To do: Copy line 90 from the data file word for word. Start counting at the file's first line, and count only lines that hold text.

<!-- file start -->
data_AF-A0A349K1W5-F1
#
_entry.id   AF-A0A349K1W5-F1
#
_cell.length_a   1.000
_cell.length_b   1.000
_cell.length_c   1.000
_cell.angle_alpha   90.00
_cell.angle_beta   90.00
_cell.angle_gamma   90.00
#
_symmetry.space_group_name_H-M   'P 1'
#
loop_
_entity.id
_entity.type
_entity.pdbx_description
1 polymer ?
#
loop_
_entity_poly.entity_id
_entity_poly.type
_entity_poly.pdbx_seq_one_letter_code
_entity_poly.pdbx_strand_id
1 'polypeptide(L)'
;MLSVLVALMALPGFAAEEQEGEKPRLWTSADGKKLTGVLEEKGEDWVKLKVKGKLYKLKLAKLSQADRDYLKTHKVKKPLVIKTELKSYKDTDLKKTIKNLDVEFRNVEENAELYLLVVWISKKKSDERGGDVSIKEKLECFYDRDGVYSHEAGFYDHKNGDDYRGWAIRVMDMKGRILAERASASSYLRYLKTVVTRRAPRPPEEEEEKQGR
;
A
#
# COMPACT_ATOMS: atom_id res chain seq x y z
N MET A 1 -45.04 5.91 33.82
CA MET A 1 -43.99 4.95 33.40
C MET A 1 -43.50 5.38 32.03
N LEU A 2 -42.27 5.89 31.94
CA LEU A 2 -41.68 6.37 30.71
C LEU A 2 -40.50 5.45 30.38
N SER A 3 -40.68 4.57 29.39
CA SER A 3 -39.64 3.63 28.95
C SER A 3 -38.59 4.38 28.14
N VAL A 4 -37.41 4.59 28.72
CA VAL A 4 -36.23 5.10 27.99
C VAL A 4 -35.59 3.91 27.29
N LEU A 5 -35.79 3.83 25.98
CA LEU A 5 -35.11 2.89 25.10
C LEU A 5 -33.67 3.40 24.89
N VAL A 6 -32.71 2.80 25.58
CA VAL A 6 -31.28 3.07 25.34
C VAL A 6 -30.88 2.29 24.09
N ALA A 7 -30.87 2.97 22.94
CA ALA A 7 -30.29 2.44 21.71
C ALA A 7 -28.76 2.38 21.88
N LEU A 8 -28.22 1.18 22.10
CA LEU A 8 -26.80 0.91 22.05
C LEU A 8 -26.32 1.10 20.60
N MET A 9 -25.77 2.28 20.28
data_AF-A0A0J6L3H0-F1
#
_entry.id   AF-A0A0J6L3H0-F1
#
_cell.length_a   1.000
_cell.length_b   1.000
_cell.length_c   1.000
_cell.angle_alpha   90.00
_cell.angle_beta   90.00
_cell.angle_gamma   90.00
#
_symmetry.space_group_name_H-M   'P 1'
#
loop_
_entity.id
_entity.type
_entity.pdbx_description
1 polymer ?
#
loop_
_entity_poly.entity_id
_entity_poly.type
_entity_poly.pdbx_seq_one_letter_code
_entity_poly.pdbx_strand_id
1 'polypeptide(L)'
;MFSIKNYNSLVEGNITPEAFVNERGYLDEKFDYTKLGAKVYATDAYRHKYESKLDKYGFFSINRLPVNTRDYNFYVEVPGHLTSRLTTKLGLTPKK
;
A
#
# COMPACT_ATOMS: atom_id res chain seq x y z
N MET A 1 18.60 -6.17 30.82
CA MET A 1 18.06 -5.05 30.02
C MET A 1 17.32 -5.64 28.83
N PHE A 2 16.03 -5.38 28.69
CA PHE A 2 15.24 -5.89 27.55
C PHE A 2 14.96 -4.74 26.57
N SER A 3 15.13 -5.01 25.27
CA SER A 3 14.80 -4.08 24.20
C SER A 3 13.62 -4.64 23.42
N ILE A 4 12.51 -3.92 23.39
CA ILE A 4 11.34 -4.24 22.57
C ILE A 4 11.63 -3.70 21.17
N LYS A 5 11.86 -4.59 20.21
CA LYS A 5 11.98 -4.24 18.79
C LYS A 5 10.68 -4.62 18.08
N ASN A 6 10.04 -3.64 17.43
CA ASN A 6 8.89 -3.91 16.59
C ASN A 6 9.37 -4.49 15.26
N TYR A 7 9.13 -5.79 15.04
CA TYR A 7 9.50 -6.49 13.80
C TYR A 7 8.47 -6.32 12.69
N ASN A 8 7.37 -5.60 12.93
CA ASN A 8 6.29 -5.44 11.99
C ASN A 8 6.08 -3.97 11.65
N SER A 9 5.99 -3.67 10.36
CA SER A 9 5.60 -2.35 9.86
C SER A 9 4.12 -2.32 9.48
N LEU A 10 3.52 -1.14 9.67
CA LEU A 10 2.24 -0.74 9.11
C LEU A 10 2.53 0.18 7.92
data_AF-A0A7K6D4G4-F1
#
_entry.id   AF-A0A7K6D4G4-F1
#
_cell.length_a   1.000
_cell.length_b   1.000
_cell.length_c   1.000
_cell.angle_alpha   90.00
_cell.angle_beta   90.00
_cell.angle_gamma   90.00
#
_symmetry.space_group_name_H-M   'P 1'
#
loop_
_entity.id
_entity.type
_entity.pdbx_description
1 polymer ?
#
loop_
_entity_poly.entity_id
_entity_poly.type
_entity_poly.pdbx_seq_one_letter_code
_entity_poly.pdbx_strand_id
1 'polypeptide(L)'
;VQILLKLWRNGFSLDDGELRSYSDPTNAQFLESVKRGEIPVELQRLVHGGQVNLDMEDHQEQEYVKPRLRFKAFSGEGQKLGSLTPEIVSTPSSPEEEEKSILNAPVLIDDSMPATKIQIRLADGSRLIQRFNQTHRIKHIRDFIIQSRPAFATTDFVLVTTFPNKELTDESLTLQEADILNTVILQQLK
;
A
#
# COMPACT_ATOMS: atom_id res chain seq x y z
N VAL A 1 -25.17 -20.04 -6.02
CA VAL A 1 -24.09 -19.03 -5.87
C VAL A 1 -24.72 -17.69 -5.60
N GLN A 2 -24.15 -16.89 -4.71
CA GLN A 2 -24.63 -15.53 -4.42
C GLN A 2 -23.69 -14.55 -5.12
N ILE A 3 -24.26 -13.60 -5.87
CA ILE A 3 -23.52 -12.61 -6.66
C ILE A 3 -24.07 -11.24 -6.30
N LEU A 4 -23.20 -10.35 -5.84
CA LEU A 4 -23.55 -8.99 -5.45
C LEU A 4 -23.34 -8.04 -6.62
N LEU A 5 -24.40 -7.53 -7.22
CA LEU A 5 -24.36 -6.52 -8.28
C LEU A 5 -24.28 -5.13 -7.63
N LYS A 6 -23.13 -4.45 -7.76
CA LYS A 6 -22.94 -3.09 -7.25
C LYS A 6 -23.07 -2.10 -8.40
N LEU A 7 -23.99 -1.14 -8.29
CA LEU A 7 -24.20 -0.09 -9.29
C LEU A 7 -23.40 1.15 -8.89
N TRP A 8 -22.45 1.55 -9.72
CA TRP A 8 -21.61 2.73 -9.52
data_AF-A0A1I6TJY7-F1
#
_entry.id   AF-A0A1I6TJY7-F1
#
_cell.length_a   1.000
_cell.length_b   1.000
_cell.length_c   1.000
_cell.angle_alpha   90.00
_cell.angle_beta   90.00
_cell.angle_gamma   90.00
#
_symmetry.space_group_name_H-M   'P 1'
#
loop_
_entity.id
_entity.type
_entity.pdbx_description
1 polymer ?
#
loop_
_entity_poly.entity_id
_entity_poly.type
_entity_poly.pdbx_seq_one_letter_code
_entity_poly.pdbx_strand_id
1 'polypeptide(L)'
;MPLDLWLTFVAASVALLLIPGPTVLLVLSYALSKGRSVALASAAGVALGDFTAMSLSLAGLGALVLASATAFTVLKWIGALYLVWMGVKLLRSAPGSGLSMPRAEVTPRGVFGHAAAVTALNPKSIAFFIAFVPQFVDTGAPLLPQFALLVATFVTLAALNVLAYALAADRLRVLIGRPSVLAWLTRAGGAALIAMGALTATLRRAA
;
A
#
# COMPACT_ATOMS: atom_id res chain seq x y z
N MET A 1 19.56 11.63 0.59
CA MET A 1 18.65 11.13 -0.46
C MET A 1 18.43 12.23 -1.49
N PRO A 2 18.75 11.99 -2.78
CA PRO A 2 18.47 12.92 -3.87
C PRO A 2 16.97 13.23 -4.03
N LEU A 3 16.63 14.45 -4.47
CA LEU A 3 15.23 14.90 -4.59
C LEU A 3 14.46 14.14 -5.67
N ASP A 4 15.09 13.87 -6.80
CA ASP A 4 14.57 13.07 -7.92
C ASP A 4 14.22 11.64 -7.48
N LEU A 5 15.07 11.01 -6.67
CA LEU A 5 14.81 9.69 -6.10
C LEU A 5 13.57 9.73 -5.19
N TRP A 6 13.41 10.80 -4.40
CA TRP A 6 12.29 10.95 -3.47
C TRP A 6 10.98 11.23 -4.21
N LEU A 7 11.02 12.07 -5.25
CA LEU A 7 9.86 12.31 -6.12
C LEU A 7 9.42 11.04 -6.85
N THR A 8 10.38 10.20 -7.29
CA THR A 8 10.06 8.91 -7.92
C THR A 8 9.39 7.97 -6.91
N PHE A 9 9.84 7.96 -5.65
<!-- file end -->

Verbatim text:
CA PHE A 2 15.24 -5.89 27.55